Officer: Pentagon prevented Al-Qaida reports to FBI

A US army intelligence officer went public Wednesday with claims that a secret military unit had identified Mohammed Atta and three other al-Qaida members as a potential threat a year before they carried out the September 11 attacks in 2001.

Lieutenant Colonel Anthony Shaffer said the secret intelligence unit, codenamed Able Danger, had been prevented from passing on its information to the FBI by Pentagon lawyers concerned that the military should not be involved in surveillance of suspects inside the US.

The claim has focused new light on the Pentagon's part in intelligence failings before the 2001 attacks on New York and Washington and called into question last year's official report on the debacle, Guardian reports.

Col Shaffer, a reservist now working part-time at the Pentagon, said he was risking his career by giving on-the-record interviews to the New York Times and television networks, but he said he had been frustrated by the dismissal of his account by the official inquiry into the September 11 attacks. He said information he provided to the investigative staff "never got to the commissioners". The commission's final report last year did not mention Able Danger, despite being briefed on its work by Col Shaffer in October 2003 and by an unnamed navy captain in 2004. The two top commissioners, Thomas Kean and Lee Hamilton, defended that decision last week, arguing its role "did not turn out to be historically significant".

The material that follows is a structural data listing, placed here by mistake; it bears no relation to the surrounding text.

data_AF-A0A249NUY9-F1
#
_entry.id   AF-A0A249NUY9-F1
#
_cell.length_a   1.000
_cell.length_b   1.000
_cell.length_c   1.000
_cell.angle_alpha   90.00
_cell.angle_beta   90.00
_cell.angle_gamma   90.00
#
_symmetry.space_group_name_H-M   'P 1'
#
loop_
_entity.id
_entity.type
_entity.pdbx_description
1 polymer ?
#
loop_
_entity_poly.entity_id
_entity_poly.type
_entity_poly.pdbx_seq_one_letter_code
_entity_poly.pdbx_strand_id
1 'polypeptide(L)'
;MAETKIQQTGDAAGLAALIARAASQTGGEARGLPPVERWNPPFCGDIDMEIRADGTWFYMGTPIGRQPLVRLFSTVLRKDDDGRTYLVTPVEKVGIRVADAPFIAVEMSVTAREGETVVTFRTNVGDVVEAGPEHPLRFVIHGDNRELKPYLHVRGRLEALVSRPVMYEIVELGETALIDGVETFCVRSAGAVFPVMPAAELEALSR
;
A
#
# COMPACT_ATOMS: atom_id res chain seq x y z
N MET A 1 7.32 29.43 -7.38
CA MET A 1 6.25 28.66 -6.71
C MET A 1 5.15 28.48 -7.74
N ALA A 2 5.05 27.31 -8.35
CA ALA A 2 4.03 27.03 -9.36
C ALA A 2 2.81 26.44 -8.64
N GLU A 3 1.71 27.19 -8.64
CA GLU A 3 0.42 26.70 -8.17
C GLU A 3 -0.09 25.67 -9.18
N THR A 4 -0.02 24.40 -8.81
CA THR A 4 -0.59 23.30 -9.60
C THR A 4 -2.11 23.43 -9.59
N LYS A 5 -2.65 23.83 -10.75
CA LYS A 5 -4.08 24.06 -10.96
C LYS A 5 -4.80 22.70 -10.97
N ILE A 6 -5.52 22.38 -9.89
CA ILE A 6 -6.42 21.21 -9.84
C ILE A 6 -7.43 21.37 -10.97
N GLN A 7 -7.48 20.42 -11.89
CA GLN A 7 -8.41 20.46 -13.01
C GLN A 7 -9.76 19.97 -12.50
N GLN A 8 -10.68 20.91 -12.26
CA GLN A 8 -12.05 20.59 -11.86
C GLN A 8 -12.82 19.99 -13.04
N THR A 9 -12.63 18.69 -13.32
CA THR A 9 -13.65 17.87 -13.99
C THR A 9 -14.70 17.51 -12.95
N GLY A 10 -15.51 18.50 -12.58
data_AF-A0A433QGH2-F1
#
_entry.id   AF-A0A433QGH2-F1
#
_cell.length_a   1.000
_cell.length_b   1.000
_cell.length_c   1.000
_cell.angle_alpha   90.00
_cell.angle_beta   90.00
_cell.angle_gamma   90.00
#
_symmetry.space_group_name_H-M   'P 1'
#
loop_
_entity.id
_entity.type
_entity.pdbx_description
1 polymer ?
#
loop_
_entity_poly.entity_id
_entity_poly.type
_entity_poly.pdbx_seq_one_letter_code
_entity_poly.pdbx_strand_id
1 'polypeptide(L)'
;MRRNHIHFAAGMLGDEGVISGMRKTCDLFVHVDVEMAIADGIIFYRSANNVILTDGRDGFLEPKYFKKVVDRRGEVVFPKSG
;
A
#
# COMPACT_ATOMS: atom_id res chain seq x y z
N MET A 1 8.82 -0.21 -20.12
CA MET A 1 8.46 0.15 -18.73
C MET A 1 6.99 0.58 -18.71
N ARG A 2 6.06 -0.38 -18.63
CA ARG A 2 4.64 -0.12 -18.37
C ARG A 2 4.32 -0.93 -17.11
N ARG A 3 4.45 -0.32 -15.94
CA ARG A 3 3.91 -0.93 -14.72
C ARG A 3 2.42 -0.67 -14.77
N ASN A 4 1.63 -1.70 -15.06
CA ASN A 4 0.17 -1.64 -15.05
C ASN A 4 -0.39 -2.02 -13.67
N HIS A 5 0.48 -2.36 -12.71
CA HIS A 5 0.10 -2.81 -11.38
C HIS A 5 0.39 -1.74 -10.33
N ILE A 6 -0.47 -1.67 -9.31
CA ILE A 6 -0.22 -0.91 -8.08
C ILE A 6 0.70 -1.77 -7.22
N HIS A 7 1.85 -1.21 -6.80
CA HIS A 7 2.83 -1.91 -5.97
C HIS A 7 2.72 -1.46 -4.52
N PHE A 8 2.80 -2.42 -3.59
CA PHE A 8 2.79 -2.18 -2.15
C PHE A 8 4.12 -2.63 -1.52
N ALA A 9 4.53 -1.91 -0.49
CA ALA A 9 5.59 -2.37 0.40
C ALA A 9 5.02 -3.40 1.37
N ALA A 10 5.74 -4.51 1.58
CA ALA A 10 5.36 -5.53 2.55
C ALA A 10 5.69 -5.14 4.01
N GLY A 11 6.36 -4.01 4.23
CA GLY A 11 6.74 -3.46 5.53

The commissioners issued a statement last week saying the claim that Mohammed Atta and other plotters had been identified before 2001 was not supported by official documents the commission had requested.

Lt. Col. Christopher Conway, a Pentagon spokesman, said he could not comment because an investigation of Able Danger's intelligence on al-Qaida is underway, USA Today says.

Kean said the 9/11 Commission would have welcomed confirmation of Shaffer's charge because it bolsters one of the commission's key findings: that various elements of U.S. intelligence and law enforcement failed to share information that might have led to the breakup of the 9/11 plot.

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